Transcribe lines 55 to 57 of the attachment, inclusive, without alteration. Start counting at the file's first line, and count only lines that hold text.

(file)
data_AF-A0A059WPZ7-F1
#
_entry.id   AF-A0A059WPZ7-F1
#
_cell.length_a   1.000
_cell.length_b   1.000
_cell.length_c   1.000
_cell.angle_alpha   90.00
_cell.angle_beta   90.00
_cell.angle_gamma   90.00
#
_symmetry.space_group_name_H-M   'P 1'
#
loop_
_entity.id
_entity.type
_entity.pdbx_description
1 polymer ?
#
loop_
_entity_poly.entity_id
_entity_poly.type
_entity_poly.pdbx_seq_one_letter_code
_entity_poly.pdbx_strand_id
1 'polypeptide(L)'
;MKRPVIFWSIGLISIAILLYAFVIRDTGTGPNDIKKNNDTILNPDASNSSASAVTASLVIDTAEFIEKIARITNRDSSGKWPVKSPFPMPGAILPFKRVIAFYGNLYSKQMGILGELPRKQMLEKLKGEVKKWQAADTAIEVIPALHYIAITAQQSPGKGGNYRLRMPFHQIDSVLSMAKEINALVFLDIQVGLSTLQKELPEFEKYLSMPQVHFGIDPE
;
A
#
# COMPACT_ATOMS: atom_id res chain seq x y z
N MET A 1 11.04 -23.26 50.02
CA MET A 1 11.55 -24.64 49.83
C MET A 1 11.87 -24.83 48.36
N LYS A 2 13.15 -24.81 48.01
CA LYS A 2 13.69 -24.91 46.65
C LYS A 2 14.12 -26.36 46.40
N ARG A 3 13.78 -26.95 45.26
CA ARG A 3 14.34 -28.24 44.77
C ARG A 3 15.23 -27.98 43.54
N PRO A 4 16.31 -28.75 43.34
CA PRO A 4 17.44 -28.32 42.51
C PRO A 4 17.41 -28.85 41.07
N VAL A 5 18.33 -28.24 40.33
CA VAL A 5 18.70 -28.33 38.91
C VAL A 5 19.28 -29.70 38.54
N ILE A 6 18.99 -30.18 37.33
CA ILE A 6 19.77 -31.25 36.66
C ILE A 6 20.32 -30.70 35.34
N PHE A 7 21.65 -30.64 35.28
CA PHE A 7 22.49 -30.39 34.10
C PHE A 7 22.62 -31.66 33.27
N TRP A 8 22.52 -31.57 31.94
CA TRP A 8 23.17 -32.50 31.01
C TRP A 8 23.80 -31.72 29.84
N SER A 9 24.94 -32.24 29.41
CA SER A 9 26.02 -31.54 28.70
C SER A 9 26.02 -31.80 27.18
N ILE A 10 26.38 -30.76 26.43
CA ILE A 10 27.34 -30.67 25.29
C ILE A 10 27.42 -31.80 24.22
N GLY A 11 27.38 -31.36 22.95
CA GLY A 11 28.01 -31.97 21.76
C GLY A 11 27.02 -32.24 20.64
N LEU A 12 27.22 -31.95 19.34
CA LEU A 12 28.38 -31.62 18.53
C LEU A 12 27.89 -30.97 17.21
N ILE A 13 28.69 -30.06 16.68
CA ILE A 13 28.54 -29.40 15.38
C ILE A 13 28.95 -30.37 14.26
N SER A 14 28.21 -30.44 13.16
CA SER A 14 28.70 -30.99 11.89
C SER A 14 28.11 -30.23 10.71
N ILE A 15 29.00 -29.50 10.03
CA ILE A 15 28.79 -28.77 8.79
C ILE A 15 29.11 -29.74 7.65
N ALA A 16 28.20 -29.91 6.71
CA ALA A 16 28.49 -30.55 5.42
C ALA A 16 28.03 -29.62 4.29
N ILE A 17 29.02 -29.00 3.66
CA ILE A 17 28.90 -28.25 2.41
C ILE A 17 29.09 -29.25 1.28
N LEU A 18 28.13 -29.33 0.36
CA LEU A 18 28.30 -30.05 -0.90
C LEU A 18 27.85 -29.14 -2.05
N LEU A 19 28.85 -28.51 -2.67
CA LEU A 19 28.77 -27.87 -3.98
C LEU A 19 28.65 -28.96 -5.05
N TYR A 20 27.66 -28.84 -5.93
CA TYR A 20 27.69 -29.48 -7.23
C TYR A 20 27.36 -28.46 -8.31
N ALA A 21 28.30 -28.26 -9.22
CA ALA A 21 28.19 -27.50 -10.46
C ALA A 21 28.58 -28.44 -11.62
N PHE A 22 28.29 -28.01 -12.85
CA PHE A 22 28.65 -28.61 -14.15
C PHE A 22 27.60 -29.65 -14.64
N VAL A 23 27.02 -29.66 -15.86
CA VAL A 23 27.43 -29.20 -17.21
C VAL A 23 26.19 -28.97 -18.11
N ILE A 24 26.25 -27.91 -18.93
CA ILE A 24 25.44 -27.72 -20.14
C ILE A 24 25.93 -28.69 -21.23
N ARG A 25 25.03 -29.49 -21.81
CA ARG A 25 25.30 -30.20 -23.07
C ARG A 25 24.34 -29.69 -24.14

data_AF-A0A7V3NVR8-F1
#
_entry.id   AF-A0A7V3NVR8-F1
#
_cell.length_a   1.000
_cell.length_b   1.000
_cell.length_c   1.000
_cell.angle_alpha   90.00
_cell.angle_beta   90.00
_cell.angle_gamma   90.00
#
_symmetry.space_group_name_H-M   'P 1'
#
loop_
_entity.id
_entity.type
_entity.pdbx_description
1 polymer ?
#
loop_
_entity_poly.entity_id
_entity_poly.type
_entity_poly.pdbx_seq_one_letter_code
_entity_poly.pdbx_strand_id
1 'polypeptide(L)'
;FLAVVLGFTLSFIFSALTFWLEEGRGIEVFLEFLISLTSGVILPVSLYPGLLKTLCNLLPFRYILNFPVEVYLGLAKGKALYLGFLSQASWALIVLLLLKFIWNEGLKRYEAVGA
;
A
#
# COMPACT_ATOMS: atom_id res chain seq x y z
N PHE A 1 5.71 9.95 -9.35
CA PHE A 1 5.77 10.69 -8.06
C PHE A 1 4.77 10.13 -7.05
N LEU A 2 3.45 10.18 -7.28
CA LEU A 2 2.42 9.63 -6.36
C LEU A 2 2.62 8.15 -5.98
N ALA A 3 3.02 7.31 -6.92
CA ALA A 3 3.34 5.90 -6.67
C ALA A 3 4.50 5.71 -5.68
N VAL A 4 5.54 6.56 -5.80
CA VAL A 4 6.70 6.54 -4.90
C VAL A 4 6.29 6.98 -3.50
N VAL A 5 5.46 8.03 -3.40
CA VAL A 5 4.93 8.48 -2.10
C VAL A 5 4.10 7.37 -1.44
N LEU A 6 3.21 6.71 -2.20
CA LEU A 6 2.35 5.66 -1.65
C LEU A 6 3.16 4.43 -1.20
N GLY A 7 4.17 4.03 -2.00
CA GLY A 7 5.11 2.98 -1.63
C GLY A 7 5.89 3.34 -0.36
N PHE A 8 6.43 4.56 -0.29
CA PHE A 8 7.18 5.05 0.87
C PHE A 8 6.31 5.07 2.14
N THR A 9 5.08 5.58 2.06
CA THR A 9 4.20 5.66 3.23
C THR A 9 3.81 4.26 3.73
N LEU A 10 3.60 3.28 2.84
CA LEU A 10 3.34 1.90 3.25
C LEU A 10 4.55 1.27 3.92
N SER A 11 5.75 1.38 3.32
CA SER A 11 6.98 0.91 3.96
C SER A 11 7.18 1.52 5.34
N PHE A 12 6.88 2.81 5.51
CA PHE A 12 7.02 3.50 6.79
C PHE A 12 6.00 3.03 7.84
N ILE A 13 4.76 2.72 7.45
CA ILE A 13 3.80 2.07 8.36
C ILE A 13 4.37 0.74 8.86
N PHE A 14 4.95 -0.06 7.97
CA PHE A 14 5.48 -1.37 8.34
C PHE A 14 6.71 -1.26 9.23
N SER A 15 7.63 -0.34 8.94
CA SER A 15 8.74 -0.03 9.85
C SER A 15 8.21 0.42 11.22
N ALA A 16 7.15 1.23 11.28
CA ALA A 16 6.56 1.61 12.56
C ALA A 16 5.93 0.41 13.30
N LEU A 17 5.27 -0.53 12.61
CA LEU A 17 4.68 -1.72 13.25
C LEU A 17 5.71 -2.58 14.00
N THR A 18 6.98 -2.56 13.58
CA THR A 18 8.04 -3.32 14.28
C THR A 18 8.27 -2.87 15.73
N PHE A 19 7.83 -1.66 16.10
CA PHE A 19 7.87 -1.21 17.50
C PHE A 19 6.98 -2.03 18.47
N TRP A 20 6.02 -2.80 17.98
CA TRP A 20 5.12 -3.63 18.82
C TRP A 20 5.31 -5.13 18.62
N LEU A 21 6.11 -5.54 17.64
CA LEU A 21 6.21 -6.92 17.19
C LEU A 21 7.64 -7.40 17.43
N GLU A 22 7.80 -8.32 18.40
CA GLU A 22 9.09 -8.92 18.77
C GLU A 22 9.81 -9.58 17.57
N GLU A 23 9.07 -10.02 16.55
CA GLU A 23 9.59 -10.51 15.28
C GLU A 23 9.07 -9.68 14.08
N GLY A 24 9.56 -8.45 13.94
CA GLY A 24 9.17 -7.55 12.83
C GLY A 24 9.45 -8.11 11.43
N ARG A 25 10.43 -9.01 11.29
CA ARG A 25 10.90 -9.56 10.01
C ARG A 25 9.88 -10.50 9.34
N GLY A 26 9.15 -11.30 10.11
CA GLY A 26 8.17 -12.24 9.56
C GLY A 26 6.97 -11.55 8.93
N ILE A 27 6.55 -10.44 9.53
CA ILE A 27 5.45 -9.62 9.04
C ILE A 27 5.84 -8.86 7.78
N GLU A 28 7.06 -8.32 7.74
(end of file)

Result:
N SER A 9 24.94 -32.24 29.41
CA SER A 9 26.02 -31.54 28.70
C SER A 9 26.02 -31.80 27.18